6. We don’t have a dining table. When we have guests that means everyone is eating around the coffee table. We use large throw pillows from the couch as floor cushions. Every time I am reminded we should vacuum more often.
    I think a small table so that the plate isn’t on the floor makes the biggest difference for most people!

  7. If you want to provide back support, these!

    They come in a variety of levels of expensive/fancy and stack up nicely when not in use. I love them.

    Generally I think the ideas above – setting the area aside for eating, and taking steps to keep the area cleanish (like removing shoes) are the way to go. Indicating that this is part of your normal routine an that you’ve thought through the details will help guests feel comfortable and know how to act.

  8. I was totally going to chime in with “low table” – I know it’s not exactly the same thing as eating off the floor, but it would certainly make people feel more comfortable (I’m thinking something like a roman lounging table).

    My husband, for example, hates to sit cross-legged without a surface to rest his arms on.

  9. Back Support! The only way to get a lot of people to sit on the floor.

    We often host our Passover Seder on the floor (after all, you are supposed to recline) and if it runs long folks are fighting over back support spots. Make sure you give people who aren’t used to floor sitting a place to lean.

  10. I think setting up the expectation of having an “indoor picnic” (or some such phrasing other than dinner) before the guests even get there will help them frame the idea of “oh, I’m obviously going to be on the floor.” This way, it’s not a surprise situation that they’re suddenly evaluating when it comes time to eat.

    If you have any tablecloths or picnic blankets about the house, stage an honest-to-goodness picnic. Picnics are fairly familiar to many people who are otherwise unfamiliar to eating on the floor, so this brings having dinner at your place closer to their comfort zone. Not that you would have to do this all the time… once people have been initiated, it shouldn’t feel like any big deal a second time around.

    • Yes, I was just going to chime in that you could take a page from the Central Asian playbook, where (if not using a low table, which is also common/acceptable) you have a table cloth/runner spread on the floor in your designated space, and there’s a pretty elaborate spread set out so it makes it clear that that’s the eating space, and not just a piece of fabric on the floor. It immediately becomes something to congregate around, rather than people potentially feeling like they have to navigate their way down to the ground with a full plate of food. Also, can’t agree enough about making sure you have a no-shoes-in-the-house rule if you want to implement this – I think there’s a reason that most (all?) of the cultures that eat on or very close to the floor are very strict about removal of shoes in the house! ;o)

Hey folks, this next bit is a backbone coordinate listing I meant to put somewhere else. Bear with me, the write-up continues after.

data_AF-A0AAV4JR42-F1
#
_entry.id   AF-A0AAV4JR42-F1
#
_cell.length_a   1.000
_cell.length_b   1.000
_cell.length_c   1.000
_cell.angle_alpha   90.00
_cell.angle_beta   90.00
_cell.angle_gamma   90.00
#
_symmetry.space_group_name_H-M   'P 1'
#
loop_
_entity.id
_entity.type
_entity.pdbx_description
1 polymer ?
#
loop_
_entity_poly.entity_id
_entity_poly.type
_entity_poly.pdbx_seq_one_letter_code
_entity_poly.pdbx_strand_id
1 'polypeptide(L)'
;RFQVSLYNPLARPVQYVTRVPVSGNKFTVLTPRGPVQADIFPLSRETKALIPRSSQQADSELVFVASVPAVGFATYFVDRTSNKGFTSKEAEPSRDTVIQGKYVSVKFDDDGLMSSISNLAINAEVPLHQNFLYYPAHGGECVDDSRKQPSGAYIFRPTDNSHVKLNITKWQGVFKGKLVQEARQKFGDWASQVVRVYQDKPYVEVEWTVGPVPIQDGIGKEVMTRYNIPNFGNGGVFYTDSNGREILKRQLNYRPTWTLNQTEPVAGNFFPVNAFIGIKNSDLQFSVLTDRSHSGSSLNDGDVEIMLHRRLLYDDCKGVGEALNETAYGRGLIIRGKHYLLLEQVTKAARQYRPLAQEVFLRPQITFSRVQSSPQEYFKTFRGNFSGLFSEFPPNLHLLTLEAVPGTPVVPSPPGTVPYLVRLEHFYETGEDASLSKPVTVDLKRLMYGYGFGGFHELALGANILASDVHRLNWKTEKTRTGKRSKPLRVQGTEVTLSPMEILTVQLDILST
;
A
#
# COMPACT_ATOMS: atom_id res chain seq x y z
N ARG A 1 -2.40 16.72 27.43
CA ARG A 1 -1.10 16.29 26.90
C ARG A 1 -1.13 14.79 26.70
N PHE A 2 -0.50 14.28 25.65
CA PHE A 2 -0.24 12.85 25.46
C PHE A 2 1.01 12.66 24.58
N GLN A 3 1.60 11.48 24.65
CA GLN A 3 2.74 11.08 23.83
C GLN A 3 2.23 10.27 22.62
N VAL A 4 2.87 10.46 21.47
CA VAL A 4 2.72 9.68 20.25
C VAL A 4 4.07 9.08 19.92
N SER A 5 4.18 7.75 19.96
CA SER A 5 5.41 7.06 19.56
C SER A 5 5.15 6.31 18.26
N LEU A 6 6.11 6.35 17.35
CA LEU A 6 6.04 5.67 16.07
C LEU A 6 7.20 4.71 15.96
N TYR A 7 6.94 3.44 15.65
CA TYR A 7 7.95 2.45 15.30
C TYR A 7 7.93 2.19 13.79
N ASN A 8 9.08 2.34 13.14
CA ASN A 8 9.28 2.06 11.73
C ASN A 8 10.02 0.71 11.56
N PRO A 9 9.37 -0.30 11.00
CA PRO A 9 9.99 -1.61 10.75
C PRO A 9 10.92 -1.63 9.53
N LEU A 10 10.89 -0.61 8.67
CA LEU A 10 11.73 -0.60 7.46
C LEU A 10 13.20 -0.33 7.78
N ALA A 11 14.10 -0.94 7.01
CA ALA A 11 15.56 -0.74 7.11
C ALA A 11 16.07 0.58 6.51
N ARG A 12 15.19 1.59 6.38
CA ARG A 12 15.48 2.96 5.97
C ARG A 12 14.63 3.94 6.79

11. I like all the ideas people have suggested before me, so ALL OF THAT, and also if you can configure your eating space such that you never have to walk through or over it (and potentially step in someone’s food or knock things over), I think that would help a lot.

  12. A couple of people have been saying Japanese tables, but there are Korean tables, too! (Maybe other cultures do this as well?) My hubby and I eat exclusively on a low Korean table, which is at the perfect height for crossed legs. All we did was go into a large Asian supermarket and pick one out. The legs fold, so it would be easy to stash in a closet/against the wall when you aren’t using it.

  13. My first question would be – how ‘dinner party’s is this dinner? So, pizza (easy to eat in any position) or something like pasta, steak, (drippy, hard to cut, etc.) If people are new to eating on the floor, you’ll have to help them build up their skill level. You want them to enjoy dinner, not spend the whole time worrying about spilling and dribbles.